In a rare moment of self-revelation, Leopold Mozart let us glimpse the extent to which he himself identified the boy with the Christ child; he wrote to his friend Lorenz Hagenauer in 1768 that his son was "a miracle, which God has allowed to see the light in Salzburg. . . . And if it is ever to be my duty to convince the world of this miracle, it is so now, when people are ridiculing whatever is called a miracle and denying all miracles. . . . But because this miracle is too evident and consequently not to be denied, they want to suppress it. They refuse to let God have the honor." In the descriptions of Mozart there are hints, too, of Apollo and Hermes, of Dionysus and Ganymede. Primarily, however, he is seen as Eros, the divine child, the playful embodiment of love and beauty. And the preoccupations of Eros were his as well. "Who is this, that will not kiss me?" he is said to have asked imperiously when Madame de Pompadour rebuffed his embrace. "The empress kissed me." He had indeed animated the Austrian empress to kiss him by jumping on her lap, hugging her, and "saying that he loved her with all his heart."The Salzburg court trumpeter Johann Andreas Schachtner recalled, "He would often ask me ten times in one day if I loved him, and when I sometimes said no, just for fun, bright tears welled up in his eyes."
To be sure, from the first there were also hints that the perfect child--so small, delicate, prone to illness--was somehow doomed, and might not survive to adulthood. Writing to him in 1778, his father recalled, "Why, even your expression was so solemn that, observing the early efflorescence of your talent and your ever grave and thoughtful little face, many discerning people of different countries sadly doubted whether your life would be a long one."Grimm worried whether "so premature a fruit might fall before it has come to maturity."Daines Barrington hoped that Mozart might attain "to the same advanced years as Handel, contrary to the common observation that such ingenia praecocia are generally short lived."
Homer tells us that the child gods are timeless and unchanging: "They age not, they die not, they are eternal."In the course of time, however, Mozart's physical appearance began to diverge from the world's image of him. It was as though the grown Mozart was a quite different person, one descended from but not identical with a legendary child Mozart. The boy faded from view, replaced by a somewhat strange and awkward adolescent and adult. Fanciful imaginings about the young Mozart materialized and remained frozen in time while another Mozart grew older, suffered, and died. The maturing historical Mozart became the porcelain-child Mozart's double, and the divine child survived his own death. A sickly infant with a large head and a tiny body, a winning youngster with an arch smile and unshakable confidence, a little magician gifted with marvelous powers, performed wonders before the crowned heads and elite of Europe, while everywhere were heard predictions of his early doom. Mozart. Copyright © by Maynard Solomon. Reprinted by permission of HarperCollins Publishers, Inc. All rights reserved. Available now wherever books are sold.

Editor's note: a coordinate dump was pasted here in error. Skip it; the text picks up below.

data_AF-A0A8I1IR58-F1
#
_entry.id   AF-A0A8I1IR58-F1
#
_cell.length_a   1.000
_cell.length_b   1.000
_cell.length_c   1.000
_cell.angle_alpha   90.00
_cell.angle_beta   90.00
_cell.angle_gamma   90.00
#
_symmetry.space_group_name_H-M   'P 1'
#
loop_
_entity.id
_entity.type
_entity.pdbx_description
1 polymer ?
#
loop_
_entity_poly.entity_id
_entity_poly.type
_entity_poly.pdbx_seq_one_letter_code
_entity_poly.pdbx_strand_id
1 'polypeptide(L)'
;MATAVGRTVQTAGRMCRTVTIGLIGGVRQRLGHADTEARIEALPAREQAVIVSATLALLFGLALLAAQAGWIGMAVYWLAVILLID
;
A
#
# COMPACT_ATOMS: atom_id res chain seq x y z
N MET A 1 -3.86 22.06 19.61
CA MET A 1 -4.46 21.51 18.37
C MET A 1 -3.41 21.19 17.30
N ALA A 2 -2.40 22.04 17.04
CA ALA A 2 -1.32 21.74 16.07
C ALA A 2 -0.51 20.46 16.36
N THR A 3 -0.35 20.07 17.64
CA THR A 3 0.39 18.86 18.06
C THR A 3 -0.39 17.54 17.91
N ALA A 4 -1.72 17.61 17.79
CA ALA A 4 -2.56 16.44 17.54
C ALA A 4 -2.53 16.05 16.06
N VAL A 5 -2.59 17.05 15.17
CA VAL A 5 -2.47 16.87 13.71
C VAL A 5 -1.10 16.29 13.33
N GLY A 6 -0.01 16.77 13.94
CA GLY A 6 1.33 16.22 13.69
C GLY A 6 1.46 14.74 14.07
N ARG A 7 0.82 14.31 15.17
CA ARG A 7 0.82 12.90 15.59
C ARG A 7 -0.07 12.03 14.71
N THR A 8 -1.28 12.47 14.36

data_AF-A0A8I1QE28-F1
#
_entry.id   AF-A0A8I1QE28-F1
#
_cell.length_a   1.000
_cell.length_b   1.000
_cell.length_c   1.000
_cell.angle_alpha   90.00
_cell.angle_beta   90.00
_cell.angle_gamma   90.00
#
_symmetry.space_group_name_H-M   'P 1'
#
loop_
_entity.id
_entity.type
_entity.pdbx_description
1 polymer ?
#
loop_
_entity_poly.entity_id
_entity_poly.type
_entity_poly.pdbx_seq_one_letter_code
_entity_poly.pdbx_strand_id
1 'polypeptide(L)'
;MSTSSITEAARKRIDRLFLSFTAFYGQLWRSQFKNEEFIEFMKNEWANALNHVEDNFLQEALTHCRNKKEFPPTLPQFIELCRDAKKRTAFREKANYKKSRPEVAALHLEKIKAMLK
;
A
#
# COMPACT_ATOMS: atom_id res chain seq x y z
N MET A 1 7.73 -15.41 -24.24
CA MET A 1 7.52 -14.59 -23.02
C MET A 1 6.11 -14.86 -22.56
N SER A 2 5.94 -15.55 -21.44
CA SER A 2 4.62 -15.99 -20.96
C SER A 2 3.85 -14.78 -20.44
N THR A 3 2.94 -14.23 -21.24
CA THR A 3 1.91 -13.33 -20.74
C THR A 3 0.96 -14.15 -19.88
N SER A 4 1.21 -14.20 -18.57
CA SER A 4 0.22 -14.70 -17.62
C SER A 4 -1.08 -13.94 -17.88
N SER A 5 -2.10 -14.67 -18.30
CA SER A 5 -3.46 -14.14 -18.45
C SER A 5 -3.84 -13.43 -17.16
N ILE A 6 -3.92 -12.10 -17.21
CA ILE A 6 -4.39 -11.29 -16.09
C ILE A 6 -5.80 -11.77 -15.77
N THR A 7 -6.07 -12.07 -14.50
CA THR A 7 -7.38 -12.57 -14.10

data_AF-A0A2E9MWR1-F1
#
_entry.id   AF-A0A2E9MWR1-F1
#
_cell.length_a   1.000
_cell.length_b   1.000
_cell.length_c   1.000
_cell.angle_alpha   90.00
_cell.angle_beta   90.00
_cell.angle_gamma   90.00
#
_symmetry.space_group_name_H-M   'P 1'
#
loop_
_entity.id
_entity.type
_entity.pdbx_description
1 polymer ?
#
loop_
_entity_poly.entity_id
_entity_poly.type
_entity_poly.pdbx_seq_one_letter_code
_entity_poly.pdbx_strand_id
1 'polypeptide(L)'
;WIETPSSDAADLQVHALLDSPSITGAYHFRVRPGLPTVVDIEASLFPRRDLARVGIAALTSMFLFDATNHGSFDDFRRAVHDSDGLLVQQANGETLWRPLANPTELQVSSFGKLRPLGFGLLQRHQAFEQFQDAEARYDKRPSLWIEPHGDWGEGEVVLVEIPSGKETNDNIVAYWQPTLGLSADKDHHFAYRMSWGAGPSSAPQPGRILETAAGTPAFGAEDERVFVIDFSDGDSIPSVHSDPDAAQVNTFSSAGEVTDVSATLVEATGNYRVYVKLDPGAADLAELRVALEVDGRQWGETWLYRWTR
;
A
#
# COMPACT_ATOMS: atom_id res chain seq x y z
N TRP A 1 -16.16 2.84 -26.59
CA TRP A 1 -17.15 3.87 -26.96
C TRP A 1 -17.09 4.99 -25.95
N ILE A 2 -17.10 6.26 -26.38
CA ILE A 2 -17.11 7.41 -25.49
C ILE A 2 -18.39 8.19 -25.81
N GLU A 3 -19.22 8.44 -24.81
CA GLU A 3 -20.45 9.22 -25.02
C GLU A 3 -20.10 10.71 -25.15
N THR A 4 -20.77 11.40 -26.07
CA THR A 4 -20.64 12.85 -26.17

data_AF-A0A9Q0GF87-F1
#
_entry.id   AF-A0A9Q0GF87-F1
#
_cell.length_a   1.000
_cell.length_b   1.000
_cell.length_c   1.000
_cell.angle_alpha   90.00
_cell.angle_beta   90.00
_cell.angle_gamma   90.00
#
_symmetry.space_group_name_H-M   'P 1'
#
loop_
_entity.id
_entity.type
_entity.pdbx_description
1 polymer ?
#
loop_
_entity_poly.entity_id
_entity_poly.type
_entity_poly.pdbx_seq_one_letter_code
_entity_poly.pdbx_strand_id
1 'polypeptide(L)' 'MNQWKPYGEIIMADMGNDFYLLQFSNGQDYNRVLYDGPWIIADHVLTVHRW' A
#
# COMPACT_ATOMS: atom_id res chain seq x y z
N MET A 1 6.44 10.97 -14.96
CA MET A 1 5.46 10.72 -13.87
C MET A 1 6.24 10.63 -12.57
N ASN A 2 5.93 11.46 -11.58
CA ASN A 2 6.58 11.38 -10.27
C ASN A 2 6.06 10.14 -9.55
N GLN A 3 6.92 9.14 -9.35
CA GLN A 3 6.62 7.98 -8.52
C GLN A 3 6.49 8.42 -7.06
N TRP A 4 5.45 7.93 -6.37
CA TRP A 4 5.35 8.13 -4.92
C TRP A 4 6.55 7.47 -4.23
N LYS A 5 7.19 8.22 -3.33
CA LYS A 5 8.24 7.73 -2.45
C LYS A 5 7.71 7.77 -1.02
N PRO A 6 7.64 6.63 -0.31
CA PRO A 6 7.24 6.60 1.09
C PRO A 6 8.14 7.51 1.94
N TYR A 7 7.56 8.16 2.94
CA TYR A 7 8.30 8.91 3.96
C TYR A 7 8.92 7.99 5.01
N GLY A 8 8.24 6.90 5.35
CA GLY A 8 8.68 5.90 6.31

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Solomon's Mozart is mesmerizing. His daring psychological conclusions about the composer and his family are brilliant and are backed by a powerful force of insight. The analyses of the music helps to show that Mozart's art did have an evolution, and was not merely the product of a superhuman facility or 'divine' blessings. In this biography Solomon has even surpassed his own monumental accomplishment that was reached in his Beethoven.
Mozart's financials were now up now down, and this also reflects the vicissitudes attendant on the way this great musician genius was living.
Indeed Constanze was the inadvertent witness of his financial engagements and, being so keen on money, she brought about a gloomy catalogues of his Balance Sheet (so to speak) so that his heirs would not have greedy `appetite' after him.
Mozart's personal letters to his cousin (before he married Constanze) are full of frivolity, vivacity, and written in unorthodox language, in their contents, using `flagrant' terms and words befitting a merry teenager full of gaiety and high spirits. Mozart's soulful personality, for instance, didn't know the pressures of antagonisms from anyone, including Saliere and, notably, the nobility
Mozart always had a personal touch of sincere friendliness to clear away any lingering misunderstanding with the Royal court (The marriage of Figaro)
There have been awful lot of exaggerations in the movies and in the literatures written about Mozart, which made us wonder what was true vs. dramatized.
It is a documented fact, though, that Mozart (and his friend Haydn) found great personal diversion in the Masonic Lodges of Vienna.
Mozart's first complete musical contribution honouring the `Lodge' with Masonic themes and allegory was his `Die Zauberflote'- The magic Flute, music and libretto of devoted love and unique delight.
At the Lodge, some of the lectures also spoke of the meaning of `death'. Should it be feared? Should it be regarded `friendly' as the secession of all mundane excessive endurance to quietness, self-relief and freedom of the soul? Mozart composed the `Requiem' of music combining `happiness' and `acceptance' of the inevitable as `duty' and `obligation', not of fear.